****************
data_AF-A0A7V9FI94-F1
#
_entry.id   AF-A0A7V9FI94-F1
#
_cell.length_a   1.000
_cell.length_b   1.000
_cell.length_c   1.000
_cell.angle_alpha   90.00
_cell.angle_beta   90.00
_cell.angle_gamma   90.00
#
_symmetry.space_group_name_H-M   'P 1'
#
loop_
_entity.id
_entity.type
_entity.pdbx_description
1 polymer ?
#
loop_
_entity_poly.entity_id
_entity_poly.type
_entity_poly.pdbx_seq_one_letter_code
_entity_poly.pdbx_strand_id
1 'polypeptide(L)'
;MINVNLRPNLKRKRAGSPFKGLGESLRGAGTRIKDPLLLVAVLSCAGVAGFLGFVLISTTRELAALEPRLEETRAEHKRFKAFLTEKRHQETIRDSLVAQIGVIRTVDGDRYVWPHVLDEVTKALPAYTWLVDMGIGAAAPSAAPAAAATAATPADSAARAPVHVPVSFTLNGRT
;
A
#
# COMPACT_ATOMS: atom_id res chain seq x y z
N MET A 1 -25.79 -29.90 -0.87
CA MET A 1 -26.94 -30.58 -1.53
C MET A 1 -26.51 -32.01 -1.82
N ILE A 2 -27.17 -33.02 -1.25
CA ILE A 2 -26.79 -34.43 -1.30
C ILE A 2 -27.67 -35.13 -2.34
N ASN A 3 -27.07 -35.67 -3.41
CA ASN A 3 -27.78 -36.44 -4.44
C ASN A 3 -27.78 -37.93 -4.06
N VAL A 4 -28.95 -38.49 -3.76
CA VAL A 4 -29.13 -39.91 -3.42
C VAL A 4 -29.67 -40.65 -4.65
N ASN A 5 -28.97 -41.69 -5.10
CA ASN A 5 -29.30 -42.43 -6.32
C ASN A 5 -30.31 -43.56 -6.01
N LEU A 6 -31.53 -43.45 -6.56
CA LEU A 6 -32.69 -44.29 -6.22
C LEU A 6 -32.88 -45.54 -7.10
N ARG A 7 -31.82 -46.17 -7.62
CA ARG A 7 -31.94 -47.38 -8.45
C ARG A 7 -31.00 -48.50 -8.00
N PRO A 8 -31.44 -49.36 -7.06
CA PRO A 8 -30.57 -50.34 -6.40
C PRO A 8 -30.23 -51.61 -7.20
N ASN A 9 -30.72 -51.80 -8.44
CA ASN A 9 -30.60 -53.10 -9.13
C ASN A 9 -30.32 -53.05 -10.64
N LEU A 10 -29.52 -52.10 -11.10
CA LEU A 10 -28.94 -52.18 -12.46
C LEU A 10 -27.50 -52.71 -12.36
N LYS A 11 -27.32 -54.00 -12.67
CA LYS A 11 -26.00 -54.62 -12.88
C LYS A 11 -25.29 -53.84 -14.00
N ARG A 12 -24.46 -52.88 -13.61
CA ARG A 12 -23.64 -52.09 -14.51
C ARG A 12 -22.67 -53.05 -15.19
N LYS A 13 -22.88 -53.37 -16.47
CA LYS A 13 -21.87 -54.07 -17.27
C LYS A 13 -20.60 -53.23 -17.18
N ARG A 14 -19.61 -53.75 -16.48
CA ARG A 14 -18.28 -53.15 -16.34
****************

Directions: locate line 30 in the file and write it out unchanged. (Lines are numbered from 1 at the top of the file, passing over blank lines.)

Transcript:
# COMPACT_ATOMS: atom_id res chain seq x y z